Blending Eastern and Western Medicine Brings the Best of Both

by Barbara Bolduc

Meet Ruth Kyle, owner of and practitioner at Acupuncture of Greer. For 29 years, she worked as a respiratory therapist, and for seven years, she ran the entire night shift at a Charlotte hospital. For 17 years, she has been a board-certified, licensed acupuncturist with both a bachelor’s and master’s degree in Oriental Medicine. (You could say that alternative medicine is in Kyle’s blood——her grandfather was one of the first chiropractors in the U.S.) Her extensive history in both Western and Eastern medicine allows her to blend the best of both modalities, and her understanding of how the body breaks down and utilizes medications provides an additional advantage in her ability to help her patients. “All of these medications or herbs have to be metabolized through the liver or kidneys, or both, depending on the patient’s needs. Even herbs can have a negative effect on the system, so they should be introduced slowly.”

According to Tao of Wellness, “Traditional Chinese Medicine emphasizes a holistic approach that treats the whole body. The ancient Chinese believed in a universal life energy called Qi (pronounced “chee”) that circulates… along pathways in the body…Pain and disease occur when these pathways are blocked and the Qi no longer flows freely. Imagine body fluids stagnating like a …Acupuncture is the placement of fine needles along these pathways, stimulating a focused response from the nervous, cardiovascular, musculoskeletal, hormonal and immune systems, restoring Qi movement and bringing harmony back to the body.”

One way in which Kyle utilizes acupuncture is to help patients with endometriosis, “an often painful disorder in which tissue that normally lines the inside of the uterus—the endometrium—grows outside the uterus.” (Mayo Clinic). According to the Shanghai Journal of Acupuncture and Moxibustion, “Researchers find acupuncture more effective than hormone drug therapy for the treatment of endometriosis. Acupuncture relieves menstrual pain due to endometriosis, reduces the size of pelvic masses, lowers CA125 levels, and reduces the recurrence rate of endometriosis. CA125 a is biomarker for several types of cancer and benign conditions including endometriosis and menstrual disorders.” (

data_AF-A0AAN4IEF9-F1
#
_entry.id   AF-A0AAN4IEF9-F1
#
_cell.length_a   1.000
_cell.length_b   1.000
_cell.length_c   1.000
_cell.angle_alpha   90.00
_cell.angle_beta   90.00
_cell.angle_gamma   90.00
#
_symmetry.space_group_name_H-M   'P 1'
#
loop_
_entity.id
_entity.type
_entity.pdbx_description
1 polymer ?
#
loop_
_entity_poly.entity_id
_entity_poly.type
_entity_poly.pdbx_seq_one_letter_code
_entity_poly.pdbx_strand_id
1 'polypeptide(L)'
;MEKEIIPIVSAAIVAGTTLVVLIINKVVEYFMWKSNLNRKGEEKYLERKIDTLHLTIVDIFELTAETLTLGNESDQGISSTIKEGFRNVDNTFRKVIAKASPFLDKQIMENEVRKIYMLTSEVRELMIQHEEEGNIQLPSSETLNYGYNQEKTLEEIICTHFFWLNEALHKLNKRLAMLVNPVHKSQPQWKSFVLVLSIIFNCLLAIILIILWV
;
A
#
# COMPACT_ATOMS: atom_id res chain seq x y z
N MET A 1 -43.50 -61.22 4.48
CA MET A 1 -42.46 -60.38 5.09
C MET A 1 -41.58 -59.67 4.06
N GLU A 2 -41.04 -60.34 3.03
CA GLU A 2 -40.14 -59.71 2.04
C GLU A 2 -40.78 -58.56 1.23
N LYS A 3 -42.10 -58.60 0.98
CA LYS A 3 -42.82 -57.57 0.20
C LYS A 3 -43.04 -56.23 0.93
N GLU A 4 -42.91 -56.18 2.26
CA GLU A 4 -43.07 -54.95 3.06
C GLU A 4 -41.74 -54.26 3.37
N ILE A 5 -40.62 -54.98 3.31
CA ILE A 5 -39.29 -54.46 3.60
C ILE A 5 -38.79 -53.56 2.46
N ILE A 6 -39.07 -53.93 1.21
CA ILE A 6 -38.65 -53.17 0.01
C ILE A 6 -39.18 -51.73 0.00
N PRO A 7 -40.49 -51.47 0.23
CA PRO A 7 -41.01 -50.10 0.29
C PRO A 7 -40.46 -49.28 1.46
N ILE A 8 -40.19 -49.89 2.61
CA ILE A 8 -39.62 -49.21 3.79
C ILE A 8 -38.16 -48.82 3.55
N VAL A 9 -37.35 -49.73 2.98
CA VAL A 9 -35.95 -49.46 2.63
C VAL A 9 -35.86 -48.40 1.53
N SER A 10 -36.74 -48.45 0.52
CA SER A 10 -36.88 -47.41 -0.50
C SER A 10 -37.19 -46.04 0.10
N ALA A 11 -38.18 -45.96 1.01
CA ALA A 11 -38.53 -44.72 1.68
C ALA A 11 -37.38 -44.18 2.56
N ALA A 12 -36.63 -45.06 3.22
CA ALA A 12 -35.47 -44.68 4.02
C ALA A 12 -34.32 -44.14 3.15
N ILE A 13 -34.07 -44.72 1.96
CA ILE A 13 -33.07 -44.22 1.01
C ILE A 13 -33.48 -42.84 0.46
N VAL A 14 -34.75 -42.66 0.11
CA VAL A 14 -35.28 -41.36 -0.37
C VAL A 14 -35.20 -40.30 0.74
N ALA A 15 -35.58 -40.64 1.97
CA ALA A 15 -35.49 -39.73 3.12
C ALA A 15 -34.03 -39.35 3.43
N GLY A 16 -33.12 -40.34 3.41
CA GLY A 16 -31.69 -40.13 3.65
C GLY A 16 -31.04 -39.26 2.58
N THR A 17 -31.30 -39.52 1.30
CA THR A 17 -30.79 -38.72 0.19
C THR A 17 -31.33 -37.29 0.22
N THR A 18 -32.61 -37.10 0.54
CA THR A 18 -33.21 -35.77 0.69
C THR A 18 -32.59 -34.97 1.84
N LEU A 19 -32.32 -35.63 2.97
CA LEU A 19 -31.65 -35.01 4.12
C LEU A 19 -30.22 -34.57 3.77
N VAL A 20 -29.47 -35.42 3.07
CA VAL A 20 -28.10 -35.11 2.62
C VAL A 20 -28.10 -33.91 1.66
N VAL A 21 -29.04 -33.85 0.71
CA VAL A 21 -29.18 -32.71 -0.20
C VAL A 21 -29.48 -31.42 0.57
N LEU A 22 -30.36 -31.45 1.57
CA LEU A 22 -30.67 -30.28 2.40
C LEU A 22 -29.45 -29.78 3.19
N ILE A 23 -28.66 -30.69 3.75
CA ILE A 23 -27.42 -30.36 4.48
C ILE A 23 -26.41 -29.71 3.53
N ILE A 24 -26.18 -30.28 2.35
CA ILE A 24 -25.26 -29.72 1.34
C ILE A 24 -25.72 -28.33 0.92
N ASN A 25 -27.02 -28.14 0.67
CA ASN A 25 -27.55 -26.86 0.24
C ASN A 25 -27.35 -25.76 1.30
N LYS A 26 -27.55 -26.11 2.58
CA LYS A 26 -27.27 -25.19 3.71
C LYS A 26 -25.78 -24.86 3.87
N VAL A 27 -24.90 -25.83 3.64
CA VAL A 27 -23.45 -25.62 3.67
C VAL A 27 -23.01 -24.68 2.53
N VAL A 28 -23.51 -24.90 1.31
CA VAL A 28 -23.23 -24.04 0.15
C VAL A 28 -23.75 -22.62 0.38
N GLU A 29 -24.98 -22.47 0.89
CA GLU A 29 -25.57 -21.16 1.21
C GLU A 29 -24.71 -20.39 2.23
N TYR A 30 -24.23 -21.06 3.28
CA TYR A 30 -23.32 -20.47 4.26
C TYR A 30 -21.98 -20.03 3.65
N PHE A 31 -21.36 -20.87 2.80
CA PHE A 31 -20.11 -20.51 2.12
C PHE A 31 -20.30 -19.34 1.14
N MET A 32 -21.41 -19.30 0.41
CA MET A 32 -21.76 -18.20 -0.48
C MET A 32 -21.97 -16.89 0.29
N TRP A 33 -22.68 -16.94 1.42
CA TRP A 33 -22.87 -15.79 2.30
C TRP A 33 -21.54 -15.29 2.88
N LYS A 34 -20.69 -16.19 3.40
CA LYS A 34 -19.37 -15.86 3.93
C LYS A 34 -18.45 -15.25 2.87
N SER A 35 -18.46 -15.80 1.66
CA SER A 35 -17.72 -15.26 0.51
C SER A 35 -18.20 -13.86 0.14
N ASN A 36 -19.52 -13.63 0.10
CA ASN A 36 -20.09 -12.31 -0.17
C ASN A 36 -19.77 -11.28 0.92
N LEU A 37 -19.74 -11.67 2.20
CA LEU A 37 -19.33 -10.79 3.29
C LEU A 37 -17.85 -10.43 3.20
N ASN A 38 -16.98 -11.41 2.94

Kyle has seen great success herself in utilizing acupuncture to help her patients suffering from this condition. “A doctor focused on Western medicine typically handles endometriosis by stopping the patient’s period hormonally. That just makes it worse because it aggravates the problem, which often ends in surgery with the patient losing her ability to conceive. At my office, the patient receives a treatment once a month, before her period, and she also receives a bottle of herbs once a month. The severity of the condition determines the length of the treatment. It takes about six months to a year to clear up. Two of my patients have conceived after finishing treatment.”

Other treatments offered at Acupuncture of Greer are cupping, for those who wish to enjoy a non-needle release, and thermography, performed by a local thermographer, by appointment, on Fridays.

Kyle says that integrity is a key principle to her. “I am very honest about what I can and cannot do to assist in healing.” She is also very connected with colleagues in all forms of traditional and alternative care, and declares, “I will not hesitate to recommend other modalities which could be beneficial. I am always willing to go the extra mile to provide what is best for a patient.” Her main motivations lie with her patients’ wellbeing and healing. “People don’t care how much you know until they know how much you care. I want to be a difference maker—if I can benefit someone else with my knowledge and put them on the path to healing, it feels great.”

Acupuncture of Greer is located at 106 Memorial Dr., Greer, near the old Allen Bennett Hospital, off Wade Hampton Blvd. For more information, call 864-877-1111 (office), 864-561-4503 (cell) or visit Experience Kyle on a recent YouTube video at

Barbara Bolduc is the Managing Editor for Upstate Natural Awakenings, as well as a writer and editor for other franchises of the magazine.